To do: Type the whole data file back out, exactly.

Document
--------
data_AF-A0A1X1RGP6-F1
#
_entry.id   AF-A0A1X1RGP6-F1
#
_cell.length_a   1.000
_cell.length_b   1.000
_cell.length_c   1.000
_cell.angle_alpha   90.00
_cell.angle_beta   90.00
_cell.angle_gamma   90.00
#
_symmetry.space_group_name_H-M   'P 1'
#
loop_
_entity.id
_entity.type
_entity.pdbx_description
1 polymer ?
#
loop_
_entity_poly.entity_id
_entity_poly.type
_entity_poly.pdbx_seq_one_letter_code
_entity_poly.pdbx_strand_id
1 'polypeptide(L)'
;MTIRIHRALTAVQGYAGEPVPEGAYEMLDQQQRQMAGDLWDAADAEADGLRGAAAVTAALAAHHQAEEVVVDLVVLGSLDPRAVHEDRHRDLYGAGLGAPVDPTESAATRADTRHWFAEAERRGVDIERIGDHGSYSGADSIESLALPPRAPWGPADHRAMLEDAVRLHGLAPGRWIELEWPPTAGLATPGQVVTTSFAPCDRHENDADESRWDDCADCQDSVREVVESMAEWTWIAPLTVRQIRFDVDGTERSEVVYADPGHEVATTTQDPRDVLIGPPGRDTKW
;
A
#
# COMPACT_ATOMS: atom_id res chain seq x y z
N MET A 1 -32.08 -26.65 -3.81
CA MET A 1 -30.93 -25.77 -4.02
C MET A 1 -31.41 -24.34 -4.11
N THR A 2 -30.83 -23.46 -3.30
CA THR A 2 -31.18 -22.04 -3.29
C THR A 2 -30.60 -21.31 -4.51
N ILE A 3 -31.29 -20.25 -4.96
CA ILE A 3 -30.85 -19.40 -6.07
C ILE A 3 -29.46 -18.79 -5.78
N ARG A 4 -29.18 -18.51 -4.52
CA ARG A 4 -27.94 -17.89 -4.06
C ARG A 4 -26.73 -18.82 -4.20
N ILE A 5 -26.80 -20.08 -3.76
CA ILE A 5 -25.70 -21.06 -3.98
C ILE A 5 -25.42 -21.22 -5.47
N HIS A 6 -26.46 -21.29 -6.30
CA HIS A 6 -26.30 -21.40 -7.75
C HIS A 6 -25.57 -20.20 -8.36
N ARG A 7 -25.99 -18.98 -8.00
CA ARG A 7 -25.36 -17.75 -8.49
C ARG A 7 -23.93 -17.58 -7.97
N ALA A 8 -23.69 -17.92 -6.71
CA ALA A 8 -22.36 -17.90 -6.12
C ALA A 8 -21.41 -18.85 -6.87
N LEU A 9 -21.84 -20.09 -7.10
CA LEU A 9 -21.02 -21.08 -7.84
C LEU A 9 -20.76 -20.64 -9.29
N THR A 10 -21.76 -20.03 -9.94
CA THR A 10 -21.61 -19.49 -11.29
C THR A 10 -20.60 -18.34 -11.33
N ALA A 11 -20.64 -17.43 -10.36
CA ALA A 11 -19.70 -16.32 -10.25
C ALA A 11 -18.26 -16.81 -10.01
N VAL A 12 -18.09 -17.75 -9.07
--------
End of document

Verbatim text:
data_AF-A0A1X1RGP6-F1
#
_entry.id   AF-A0A1X1RGP6-F1
#
_cell.length_a   1.000
_cell.length_b   1.000
_cell.length_c   1.000
_cell.angle_alpha   90.00
_cell.angle_beta   90.00
_cell.angle_gamma   90.00
#
_symmetry.space_group_name_H-M   'P 1'
#
loop_
_entity.id
_entity.type
_entity.pdbx_description
1 polymer ?
#
loop_
_entity_poly.entity_id
_entity_poly.type
_entity_poly.pdbx_seq_one_letter_code
_entity_poly.pdbx_strand_id
1 'polypeptide(L)'
;MTIRIHRALTAVQGYAGEPVPEGAYEMLDQQQRQMAGDLWDAADAEADGLRGAAAVTAALAAHHQAEEVVVDLVVLGSLDPRAVHEDRHRDLYGAGLGAPVDPTESAATRADTRHWFAEAERRGVDIERIGDHGSYSGADSIESLALPPRAPWGPADHRAMLEDAVRLHGLAPGRWIELEWPPTAGLATPGQVVTTSFAPCDRHENDADESRWDDCADCQDSVREVVESMAEWTWIAPLTVRQIRFDVDGTERSEVVYADPGHEVATTTQDPRDVLIGPPGRDTKW
;
A
#
# COMPACT_ATOMS: atom_id res chain seq x y z
N MET A 1 -32.08 -26.65 -3.81
CA MET A 1 -30.93 -25.77 -4.02
C MET A 1 -31.41 -24.34 -4.11
N THR A 2 -30.83 -23.46 -3.30
CA THR A 2 -31.18 -22.04 -3.29
C THR A 2 -30.60 -21.31 -4.51
N ILE A 3 -31.29 -20.25 -4.96
CA ILE A 3 -30.85 -19.40 -6.07
C ILE A 3 -29.46 -18.79 -5.78
N ARG A 4 -29.18 -18.51 -4.52
CA ARG A 4 -27.94 -17.89 -4.06
C ARG A 4 -26.73 -18.82 -4.20
N ILE A 5 -26.80 -20.08 -3.76
CA ILE A 5 -25.70 -21.06 -3.98
C ILE A 5 -25.42 -21.22 -5.47
N HIS A 6 -26.46 -21.29 -6.30
CA HIS A 6 -26.30 -21.40 -7.75
C HIS A 6 -25.57 -20.20 -8.36
N ARG A 7 -25.99 -18.98 -8.00
CA ARG A 7 -25.36 -17.75 -8.49
C ARG A 7 -23.93 -17.58 -7.97
N ALA A 8 -23.69 -17.92 -6.71
CA ALA A 8 -22.36 -17.90 -6.12
C ALA A 8 -21.41 -18.85 -6.87
N LEU A 9 -21.84 -20.09 -7.10
CA LEU A 9 -21.02 -21.08 -7.84
C LEU A 9 -20.76 -20.64 -9.29
N THR A 10 -21.76 -20.03 -9.94
CA THR A 10 -21.61 -19.49 -11.29
C THR A 10 -20.60 -18.34 -11.33
N ALA A 11 -20.64 -17.43 -10.36
CA ALA A 11 -19.70 -16.32 -10.25
C ALA A 11 -18.26 -16.81 -10.01
N VAL A 12 -18.09 -17.75 -9.07